The role of photon scattering in optical signal distortion during arrhythmia and defibrillation.
Bishop MJ., Rodriguez B., Qu F., Efimov IR., Gavaghan DJ., Trayanova NA.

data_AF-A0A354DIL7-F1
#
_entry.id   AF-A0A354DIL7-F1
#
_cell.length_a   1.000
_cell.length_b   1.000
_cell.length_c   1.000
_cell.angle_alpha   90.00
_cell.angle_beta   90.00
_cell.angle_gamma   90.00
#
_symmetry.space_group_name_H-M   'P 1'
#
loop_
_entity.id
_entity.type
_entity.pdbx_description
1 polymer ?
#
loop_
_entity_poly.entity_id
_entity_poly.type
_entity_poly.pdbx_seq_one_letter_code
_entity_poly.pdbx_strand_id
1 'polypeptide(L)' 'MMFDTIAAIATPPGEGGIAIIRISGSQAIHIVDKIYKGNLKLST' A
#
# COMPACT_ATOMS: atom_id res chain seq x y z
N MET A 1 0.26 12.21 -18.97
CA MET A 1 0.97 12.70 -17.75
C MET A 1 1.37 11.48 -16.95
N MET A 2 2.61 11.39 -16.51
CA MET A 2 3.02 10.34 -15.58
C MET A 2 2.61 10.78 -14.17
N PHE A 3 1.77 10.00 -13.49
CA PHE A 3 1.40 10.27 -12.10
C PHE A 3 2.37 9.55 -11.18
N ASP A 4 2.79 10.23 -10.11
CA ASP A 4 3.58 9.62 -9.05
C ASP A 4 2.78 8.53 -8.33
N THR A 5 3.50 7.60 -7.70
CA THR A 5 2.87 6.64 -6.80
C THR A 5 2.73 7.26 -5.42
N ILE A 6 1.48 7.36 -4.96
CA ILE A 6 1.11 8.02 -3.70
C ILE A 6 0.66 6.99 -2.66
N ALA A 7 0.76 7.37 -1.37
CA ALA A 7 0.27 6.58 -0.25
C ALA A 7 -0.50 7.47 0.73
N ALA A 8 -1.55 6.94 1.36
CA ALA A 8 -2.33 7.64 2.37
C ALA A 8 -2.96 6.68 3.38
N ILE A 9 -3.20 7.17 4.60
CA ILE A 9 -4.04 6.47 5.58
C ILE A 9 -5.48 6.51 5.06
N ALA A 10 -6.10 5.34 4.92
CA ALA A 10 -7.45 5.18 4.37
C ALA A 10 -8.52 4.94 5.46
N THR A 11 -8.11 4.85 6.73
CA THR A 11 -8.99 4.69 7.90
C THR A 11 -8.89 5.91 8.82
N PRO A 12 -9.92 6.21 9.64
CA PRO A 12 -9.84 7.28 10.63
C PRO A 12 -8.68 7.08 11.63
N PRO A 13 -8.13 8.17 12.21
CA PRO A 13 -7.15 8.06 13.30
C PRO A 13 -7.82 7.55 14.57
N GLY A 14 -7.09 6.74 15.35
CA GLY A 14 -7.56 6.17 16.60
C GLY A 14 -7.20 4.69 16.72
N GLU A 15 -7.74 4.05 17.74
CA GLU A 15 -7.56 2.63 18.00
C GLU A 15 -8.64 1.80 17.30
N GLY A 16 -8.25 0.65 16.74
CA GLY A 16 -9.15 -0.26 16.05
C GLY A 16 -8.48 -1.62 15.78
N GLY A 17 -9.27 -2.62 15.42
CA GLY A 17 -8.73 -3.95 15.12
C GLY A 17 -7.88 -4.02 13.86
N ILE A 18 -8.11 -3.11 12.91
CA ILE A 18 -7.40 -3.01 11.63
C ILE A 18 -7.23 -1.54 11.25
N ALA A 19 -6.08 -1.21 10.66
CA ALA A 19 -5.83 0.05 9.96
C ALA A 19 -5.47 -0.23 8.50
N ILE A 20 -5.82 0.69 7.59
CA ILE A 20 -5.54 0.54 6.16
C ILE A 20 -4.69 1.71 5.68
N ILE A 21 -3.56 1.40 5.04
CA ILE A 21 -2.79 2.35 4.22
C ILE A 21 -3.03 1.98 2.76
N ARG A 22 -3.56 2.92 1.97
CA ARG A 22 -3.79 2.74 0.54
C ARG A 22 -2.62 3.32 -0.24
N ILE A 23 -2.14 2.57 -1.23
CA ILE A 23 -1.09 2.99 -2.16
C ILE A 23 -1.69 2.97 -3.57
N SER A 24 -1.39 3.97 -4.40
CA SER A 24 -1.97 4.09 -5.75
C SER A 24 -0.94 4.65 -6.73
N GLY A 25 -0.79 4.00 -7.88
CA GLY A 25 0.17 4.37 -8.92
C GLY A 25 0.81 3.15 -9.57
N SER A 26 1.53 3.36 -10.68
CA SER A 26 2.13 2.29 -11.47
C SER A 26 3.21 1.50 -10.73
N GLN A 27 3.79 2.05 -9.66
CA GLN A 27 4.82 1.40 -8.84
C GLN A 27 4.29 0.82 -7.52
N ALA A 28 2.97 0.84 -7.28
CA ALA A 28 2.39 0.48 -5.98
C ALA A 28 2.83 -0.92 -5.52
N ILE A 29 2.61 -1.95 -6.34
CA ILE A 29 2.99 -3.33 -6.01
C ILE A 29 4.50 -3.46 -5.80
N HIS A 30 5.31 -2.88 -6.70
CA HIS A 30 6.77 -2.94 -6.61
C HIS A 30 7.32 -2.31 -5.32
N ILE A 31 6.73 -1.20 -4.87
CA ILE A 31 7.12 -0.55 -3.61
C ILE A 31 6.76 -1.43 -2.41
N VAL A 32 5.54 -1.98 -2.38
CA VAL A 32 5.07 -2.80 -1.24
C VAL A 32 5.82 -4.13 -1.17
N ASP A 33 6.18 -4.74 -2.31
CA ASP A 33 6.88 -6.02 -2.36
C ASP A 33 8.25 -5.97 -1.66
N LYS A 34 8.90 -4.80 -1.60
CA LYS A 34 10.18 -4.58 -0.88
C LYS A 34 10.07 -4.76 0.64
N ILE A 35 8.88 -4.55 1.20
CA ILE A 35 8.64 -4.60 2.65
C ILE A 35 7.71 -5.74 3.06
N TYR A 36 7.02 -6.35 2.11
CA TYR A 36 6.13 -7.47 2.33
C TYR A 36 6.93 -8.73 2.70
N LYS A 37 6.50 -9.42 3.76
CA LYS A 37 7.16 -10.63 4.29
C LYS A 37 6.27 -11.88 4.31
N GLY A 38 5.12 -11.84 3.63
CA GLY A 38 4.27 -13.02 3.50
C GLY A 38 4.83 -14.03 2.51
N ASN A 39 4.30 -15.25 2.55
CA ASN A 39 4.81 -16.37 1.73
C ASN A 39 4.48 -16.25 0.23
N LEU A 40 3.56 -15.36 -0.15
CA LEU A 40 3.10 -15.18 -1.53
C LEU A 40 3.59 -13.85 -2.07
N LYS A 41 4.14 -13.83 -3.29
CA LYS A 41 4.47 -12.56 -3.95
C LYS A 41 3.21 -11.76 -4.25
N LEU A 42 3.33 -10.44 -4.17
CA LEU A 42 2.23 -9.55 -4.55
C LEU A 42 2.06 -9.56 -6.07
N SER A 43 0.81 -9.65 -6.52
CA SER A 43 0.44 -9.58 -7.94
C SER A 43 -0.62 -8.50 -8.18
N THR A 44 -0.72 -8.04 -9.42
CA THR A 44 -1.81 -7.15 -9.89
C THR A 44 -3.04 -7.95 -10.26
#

Optical mapping of arrhythmias and defibrillation provides important insights; however, a limitation of the technique is signal distortion due to photon scattering. The goal of this experimental/simulation study is to investigate the role of three-dimensional photon scattering in optical signal distortion during ventricular tachycardia (VT) and defibrillation. A three-dimensional realistic bidomain rabbit ventricular model was combined with a model of photon transport. Shocks were applied via external electrodes to induce sustained VT, and transmembrane potentials (V(m)) were compared with synthesized optical signals (V(opt)). Fluorescent recordings were conducted in isolated rabbit hearts to validate simulation results. Results demonstrate that shock-induced membrane polarization magnitude is smaller in V(opt) and in experimental signals as compared to V(m). This is due to transduction of potentials from weakly polarized midmyocardium to the epicardium. During shock-induced reentry and in sustained VT, photon scattering, combined with complex wavefront dynamics, results in optical action potentials near a filament exhibiting i), elevated resting potential, ii), reduced amplitude relative to pacing, and iii), dual-humped morphologies. A shift of up to 4 mm in the phase singularity location was observed in V(opt) maps when compared to V(m). This combined experimental/simulation study provides an interpretation of optical recordings during VT and defibrillation.